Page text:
Smithsonian Institution Archives historian Hannah Byrne runs through five easy steps to help you get started doing oral history at home. Oral history is a technique for generating and preserving original, historically interesting information—primary source material—from personal recollections through planned recorded interviews.
Oral history is a technique for generating and preserving original, historically interesting information – primary source material – from personal recollections through planned recorded interviews. This method of interviewing is used to preserve the voices, memories and perspectives of people in history. It’s a tool we can all use to engage with and learn from family members, friends, and the people we share space with in an interview that captures their unique history and perspective in their own words. Oral history stems from the tradition of passing information of importance to the family or tribe from one generation to the next. In the United States, the Oral History Association connects oral historians and provides a broad range of information on oral history.
Technique: The methodology of oral history can be adapted to many different types of projects from family history to academic research projects in many different disciplines. The interviews should usually be conducted in a one-on-one situation, although group interviews can also be effective.
Sharing: In collaboration with a well-prepared and empathetic interviewer, the narrator may be able to share information that they do not realize they recall and to make associations and draw conclusions about their experience that they would not be able to produce without the interviewer.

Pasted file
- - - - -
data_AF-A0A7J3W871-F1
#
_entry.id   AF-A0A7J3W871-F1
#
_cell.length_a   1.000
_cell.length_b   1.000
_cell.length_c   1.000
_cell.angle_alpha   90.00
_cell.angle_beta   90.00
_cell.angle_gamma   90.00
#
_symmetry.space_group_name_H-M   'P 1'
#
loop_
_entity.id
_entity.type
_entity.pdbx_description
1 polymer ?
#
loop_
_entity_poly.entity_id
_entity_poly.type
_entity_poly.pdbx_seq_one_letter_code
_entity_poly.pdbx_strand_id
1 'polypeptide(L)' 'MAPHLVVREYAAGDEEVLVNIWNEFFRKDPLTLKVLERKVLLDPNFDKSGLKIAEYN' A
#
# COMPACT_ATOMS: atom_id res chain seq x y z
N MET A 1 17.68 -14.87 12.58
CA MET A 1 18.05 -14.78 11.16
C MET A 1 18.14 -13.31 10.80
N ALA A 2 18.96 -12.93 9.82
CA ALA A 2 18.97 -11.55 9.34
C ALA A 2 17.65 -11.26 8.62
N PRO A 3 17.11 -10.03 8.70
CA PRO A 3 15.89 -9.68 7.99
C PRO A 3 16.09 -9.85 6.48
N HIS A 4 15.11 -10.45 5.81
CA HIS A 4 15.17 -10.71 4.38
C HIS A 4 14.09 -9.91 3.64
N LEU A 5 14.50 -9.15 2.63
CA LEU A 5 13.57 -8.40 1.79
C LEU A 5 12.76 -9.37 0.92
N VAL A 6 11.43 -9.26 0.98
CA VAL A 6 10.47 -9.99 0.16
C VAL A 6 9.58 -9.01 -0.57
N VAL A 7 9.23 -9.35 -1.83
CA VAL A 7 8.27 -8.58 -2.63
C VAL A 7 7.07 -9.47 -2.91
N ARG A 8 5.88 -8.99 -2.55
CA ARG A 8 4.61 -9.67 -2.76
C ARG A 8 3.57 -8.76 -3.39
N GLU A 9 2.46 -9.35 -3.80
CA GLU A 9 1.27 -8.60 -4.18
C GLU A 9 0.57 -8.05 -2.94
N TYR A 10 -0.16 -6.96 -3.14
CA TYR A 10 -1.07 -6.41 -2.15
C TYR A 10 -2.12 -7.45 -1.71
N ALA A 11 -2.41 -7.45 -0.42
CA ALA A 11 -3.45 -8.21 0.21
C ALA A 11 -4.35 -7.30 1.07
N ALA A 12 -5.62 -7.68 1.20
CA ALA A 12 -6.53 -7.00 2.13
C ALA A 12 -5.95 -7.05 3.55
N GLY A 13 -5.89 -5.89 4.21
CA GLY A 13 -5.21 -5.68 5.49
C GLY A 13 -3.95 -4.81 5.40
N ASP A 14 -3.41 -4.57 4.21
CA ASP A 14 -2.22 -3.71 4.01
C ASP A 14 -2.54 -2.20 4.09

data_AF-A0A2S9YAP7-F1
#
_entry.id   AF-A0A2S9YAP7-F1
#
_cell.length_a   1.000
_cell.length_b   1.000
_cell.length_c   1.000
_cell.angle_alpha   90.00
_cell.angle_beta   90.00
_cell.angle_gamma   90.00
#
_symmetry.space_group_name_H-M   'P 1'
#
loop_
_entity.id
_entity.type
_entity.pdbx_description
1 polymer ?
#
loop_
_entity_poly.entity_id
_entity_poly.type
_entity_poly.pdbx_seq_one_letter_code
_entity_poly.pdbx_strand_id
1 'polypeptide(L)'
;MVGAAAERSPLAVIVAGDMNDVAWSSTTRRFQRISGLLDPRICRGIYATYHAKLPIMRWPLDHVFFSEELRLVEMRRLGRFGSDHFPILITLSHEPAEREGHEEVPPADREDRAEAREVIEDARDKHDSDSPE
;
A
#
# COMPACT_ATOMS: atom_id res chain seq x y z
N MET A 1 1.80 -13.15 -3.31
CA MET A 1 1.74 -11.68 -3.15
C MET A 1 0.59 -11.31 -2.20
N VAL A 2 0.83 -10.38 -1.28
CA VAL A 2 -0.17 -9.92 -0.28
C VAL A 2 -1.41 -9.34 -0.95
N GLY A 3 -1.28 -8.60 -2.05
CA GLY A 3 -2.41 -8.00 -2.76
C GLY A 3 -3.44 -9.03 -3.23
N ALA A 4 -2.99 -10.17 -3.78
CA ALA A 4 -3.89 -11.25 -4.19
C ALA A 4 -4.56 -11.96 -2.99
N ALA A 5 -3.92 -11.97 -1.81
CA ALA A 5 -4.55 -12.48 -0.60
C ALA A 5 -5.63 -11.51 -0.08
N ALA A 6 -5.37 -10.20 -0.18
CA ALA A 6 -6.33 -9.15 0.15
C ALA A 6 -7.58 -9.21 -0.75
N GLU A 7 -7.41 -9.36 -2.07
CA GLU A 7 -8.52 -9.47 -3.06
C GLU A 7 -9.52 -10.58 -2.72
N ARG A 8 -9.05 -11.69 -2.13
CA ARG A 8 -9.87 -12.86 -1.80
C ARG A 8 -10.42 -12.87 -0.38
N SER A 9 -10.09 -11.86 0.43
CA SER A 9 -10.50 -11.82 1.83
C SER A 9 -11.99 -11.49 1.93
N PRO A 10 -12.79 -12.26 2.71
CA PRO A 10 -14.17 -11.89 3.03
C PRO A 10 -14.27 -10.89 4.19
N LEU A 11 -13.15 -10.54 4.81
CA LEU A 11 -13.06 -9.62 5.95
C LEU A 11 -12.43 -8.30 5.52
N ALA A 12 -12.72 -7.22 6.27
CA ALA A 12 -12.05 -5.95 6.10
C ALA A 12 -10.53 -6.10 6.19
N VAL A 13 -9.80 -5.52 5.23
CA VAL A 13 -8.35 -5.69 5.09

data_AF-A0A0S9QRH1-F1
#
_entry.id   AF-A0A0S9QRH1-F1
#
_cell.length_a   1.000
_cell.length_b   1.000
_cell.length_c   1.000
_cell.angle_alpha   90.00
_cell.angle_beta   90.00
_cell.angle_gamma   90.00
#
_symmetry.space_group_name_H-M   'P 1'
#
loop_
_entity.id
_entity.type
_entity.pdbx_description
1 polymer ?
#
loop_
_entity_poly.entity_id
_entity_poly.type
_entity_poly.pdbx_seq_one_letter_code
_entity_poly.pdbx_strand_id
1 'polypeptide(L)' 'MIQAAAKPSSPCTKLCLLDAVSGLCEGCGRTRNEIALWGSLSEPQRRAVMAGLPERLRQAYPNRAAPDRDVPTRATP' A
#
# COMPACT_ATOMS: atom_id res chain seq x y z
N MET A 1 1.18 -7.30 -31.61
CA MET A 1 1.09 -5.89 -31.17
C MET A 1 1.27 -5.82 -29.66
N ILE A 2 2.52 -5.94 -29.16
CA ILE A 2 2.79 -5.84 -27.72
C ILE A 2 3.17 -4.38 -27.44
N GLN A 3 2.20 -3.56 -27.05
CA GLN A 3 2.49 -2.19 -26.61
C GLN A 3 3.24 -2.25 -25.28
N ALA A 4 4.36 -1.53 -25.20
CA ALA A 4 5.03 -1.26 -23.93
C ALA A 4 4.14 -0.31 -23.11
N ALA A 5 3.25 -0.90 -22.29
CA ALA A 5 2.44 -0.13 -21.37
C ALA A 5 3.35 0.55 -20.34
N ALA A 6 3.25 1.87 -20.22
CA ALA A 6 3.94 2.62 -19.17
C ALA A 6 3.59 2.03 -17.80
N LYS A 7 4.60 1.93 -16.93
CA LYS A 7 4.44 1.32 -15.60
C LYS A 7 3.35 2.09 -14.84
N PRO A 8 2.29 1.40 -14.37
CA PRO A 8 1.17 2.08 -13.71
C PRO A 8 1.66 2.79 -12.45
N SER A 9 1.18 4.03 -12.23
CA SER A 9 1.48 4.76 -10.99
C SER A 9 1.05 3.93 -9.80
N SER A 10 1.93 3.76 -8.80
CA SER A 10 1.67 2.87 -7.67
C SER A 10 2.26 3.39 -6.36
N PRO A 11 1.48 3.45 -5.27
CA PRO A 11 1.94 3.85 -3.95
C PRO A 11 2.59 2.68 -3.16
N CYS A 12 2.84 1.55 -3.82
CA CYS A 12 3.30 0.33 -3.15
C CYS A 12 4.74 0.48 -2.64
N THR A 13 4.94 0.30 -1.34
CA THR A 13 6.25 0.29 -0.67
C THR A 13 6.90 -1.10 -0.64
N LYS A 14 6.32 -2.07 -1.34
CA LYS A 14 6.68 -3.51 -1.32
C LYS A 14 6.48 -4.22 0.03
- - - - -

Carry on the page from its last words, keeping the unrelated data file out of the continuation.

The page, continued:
Preserving: Recording preserves the interview, in sound or video and later in transcript for use by others removed in time and/or distance from the interviewee. Oral history also preserves the ENTIRE interview, in its original form, rather than the interviewer’s interpretation of what was said.
Original historically important information: The well-prepared interviewer will know what information is already in documents and will use the oral history interview to seek new information, clarification, or new interpretation of a historical event.
Personal recollections: The interviewer should ask the narrator for first-person information. These are memories that the narrator can provide on a reliable basis, e.g., events in which they participated or witnessed or decisions in which they took part. Oral history interviews can convey personality, explain motivation, and reveal inner thoughts and perceptions.